The traps are very often the muscle group that gets ‘forgotten’. Take a look at any training split and you’ll usually see that traps are completely absent, or that they’re just lumped in with ‘back day’. This is even on detailed training programs that have specific days for ‘forearms’ and ‘obliques’.
This is a big mistake though. Not only are traps a great indicator of a well-balanced physique (for exactly this reason) but they also make a huge impact to your aesthetics. Big traps give you a much more hulk-like appearance and help you to take up that much more space psychologically.
With that in mind, let’s take a look at how you should be training your traps…
Two Moves to Rule Them All
Most of the training that guys do do for their traps revolves around a single exercise: the barbell trap. However, it’s important that you don’t fall into this trap as this exercise just doesn’t cut it on its own. Not only can your shoulders and lats end up doing a lot of the work, but it can actually end up exaggerating that ‘sloped’ effect that makes your shoulders look narrow.
So instead, you’re going to take a resistance band and then you’re going to anchor it onto something sturdy where it will be close to the ground. Now you’ll position yourself at ninety degrees to that band, hold the handle and allow the resistance to pull your arm out about 45 degrees.
Now you’re going to shrug and when you do, you’ll be shrugging both upwards and in towards your neck (at 45 degrees). Essentially, this is a similar move to a regular shrug, except you’re changing the angle of the resistance slightly so that it targets the traps specifically much more effectively.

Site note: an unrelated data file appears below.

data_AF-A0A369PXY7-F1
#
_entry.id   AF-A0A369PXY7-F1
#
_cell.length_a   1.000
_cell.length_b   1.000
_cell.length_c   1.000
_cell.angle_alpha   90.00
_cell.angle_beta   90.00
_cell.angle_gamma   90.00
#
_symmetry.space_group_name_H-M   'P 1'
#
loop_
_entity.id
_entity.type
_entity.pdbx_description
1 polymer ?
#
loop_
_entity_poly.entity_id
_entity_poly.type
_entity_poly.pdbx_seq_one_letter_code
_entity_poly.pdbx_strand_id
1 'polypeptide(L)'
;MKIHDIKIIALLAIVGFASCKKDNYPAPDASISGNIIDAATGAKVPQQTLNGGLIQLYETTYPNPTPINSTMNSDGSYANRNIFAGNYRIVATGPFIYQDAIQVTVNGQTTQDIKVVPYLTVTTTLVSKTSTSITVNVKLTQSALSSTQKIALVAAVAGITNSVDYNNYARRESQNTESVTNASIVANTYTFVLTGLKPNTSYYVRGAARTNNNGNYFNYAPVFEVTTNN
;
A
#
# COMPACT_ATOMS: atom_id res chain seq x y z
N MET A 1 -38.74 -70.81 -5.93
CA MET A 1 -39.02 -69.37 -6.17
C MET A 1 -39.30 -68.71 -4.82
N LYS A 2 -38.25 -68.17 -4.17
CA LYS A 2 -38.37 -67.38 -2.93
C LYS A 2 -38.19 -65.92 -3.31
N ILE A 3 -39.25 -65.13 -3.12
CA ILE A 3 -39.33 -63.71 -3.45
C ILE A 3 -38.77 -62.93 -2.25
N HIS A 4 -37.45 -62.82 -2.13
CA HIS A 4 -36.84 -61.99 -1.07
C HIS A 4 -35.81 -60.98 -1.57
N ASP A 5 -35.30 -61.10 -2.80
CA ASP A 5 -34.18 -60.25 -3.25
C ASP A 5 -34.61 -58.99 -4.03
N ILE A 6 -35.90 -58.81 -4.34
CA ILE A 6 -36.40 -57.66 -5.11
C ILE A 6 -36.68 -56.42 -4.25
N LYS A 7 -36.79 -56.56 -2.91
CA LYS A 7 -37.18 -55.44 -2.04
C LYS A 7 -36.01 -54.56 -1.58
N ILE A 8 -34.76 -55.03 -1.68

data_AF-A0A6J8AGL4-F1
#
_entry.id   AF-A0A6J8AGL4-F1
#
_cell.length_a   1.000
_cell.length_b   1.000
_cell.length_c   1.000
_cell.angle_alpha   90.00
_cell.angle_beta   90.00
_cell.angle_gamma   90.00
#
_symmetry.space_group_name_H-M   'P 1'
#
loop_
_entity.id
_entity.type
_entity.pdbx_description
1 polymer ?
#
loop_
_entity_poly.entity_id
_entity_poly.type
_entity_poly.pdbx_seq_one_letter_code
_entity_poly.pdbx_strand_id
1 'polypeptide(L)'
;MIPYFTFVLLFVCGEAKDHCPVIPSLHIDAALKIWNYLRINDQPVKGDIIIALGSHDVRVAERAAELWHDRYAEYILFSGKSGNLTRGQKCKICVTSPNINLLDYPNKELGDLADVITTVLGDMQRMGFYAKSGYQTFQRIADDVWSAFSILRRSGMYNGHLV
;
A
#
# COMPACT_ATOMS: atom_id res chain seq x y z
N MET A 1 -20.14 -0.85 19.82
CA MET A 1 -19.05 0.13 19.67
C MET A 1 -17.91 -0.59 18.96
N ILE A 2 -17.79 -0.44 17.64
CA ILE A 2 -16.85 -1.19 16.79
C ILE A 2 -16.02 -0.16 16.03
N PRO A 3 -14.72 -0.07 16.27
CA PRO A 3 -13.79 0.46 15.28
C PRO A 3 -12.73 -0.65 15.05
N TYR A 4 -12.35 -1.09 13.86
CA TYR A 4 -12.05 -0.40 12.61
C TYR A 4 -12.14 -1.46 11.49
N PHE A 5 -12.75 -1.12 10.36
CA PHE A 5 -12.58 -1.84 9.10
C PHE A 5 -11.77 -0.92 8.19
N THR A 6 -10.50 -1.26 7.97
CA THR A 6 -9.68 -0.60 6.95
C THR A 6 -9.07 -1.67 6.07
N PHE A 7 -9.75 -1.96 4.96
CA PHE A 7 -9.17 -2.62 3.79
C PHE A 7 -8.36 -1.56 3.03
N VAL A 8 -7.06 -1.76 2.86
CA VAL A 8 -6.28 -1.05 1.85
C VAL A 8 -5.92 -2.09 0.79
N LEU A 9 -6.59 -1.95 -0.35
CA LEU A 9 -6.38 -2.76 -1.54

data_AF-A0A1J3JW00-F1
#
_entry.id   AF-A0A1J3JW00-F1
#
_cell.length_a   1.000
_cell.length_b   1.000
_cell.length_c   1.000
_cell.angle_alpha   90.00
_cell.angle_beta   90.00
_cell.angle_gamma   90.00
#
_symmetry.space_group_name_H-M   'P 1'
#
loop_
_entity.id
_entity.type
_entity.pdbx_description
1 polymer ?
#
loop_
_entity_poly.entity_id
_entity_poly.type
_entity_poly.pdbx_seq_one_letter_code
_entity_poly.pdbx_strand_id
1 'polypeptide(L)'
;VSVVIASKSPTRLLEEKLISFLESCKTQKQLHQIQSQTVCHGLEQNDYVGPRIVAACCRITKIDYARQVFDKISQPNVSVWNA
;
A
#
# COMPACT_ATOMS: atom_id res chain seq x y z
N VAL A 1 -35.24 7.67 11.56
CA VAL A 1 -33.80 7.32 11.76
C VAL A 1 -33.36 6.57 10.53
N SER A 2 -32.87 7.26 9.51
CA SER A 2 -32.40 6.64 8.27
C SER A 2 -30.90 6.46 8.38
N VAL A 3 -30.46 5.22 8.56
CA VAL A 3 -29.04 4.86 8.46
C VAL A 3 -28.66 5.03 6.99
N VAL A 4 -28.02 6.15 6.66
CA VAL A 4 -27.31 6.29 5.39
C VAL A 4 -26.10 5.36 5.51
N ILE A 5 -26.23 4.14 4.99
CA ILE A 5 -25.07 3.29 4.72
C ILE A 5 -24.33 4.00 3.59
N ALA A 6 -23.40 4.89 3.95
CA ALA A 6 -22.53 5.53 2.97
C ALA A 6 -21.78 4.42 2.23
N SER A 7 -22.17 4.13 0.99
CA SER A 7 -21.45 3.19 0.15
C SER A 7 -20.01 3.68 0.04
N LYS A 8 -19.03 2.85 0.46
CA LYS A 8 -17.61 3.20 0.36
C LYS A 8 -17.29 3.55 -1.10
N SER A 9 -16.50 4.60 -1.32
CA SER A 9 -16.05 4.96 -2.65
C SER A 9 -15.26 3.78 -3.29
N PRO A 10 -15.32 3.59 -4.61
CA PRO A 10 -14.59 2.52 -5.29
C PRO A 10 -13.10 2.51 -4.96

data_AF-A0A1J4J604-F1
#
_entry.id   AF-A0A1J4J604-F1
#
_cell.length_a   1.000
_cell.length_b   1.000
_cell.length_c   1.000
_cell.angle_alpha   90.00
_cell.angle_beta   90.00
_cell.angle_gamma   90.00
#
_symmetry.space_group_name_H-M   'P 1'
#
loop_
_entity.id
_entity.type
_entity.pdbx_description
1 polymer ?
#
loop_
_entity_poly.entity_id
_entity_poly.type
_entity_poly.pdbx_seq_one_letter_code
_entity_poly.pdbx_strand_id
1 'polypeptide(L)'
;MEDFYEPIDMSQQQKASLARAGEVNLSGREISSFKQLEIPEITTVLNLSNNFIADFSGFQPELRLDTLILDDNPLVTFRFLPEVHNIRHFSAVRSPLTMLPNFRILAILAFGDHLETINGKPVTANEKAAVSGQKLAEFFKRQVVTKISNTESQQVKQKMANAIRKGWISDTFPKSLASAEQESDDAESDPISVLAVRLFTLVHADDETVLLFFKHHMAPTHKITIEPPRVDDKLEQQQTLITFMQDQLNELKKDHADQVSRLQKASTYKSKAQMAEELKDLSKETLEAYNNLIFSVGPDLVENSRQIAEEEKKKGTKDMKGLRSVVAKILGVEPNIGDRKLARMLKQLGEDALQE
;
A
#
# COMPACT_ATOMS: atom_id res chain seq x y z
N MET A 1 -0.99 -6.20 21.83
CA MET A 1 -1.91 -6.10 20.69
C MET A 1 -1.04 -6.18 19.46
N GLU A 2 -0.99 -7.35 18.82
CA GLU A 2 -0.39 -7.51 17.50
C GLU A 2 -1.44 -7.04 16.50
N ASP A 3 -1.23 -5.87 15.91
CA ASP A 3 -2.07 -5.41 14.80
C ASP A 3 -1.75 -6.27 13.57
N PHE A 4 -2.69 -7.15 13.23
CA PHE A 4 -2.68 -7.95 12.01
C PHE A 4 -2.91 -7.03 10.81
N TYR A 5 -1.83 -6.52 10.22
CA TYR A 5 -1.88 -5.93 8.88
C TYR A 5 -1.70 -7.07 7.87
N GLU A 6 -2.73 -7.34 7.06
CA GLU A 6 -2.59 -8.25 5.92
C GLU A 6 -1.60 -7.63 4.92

This move also works just as well with a cable machine.
For the second move, you’re going to take a barbell plate and then you’re going to slowly raise it with both hands over your head and then lower it again. The key of course is to squeeze the traps and really feel it working the right area.
The reason this is so important is that it’s going to be working the crucial middle-lower trap area which often gets forgotten. We always focus on the top of the traps because that’s the part we can see and we’re a vain bunch. But the middle and the lower portion are also crucial for developing a detailed and aesthetic back for those back double bis. What’s more, it will help to provide stability and control for overhead elevations.
Both these moves should be using weights that allow you to do 20-30 reps and you don’t need to do too much work on the traps. Remember that they’re secondary movers for a lot of moves including bench press.
However, that doesn’t mean you can simply ignore traps or do nothing but shrugs. A well-rounded program is what leads to a well-rounded physique, so make sure you’re giving every muscle group the love they deserve!